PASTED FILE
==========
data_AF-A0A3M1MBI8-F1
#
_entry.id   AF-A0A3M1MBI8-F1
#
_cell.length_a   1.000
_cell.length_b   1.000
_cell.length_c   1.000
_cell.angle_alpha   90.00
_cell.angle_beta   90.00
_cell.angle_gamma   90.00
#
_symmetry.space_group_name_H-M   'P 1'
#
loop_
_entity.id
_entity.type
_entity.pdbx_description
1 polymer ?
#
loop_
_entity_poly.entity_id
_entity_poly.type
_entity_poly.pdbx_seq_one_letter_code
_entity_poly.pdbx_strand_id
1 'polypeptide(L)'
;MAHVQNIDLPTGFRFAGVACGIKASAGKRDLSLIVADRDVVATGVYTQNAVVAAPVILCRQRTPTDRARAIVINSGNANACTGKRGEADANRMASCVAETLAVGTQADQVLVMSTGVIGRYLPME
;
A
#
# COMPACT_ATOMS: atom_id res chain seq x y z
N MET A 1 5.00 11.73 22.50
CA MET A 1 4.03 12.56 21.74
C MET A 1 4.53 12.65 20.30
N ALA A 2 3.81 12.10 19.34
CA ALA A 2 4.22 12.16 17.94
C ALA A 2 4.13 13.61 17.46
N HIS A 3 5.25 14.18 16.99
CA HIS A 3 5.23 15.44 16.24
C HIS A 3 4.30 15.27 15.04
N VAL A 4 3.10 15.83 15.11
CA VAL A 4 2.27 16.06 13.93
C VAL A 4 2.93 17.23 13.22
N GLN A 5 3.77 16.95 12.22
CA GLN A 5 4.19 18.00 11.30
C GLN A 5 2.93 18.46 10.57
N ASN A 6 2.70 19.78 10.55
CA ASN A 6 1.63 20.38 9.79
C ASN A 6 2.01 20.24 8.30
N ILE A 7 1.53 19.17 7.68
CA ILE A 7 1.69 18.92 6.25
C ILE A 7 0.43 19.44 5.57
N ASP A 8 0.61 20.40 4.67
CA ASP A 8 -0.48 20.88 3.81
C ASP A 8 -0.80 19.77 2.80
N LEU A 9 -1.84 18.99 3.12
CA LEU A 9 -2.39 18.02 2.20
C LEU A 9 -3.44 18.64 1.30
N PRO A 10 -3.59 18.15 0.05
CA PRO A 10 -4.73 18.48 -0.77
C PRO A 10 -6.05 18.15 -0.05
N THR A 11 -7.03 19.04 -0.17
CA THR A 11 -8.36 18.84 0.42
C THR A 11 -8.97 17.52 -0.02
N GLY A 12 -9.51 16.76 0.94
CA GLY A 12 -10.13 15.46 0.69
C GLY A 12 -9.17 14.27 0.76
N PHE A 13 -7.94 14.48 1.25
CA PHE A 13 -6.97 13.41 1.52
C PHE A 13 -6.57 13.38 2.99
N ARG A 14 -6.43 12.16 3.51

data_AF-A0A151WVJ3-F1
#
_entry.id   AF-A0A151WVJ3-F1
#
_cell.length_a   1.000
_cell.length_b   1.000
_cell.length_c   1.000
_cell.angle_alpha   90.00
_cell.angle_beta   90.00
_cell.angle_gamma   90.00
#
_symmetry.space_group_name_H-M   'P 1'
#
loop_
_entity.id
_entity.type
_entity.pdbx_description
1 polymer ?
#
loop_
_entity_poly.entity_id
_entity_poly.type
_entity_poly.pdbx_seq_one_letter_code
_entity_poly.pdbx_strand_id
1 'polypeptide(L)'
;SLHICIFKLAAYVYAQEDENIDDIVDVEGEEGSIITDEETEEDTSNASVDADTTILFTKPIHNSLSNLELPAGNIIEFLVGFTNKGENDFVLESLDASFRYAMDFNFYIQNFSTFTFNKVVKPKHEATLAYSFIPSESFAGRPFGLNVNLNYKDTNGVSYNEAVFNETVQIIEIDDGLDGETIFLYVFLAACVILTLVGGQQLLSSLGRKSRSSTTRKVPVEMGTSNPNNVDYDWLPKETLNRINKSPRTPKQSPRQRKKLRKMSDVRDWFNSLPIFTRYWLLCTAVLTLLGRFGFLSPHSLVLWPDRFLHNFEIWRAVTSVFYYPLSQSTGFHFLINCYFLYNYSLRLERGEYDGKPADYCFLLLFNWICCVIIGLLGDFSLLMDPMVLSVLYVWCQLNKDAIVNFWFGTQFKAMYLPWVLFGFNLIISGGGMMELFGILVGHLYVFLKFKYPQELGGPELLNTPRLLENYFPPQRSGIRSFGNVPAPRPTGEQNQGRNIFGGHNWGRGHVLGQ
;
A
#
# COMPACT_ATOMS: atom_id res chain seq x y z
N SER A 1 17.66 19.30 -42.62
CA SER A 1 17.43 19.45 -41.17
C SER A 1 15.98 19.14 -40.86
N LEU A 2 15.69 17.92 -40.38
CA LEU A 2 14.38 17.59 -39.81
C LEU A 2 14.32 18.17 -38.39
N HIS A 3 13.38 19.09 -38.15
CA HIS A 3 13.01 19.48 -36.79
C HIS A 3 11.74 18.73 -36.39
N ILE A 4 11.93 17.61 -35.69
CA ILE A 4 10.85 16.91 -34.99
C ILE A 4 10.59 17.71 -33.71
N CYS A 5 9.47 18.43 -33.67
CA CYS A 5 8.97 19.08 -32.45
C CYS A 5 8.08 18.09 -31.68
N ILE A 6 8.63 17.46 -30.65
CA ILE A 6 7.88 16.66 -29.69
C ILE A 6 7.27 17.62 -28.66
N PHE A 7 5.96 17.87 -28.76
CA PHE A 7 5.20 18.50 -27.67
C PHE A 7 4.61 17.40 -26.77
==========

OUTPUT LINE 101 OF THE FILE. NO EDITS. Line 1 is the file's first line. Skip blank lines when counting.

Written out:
N SER A 1 17.66 19.30 -42.62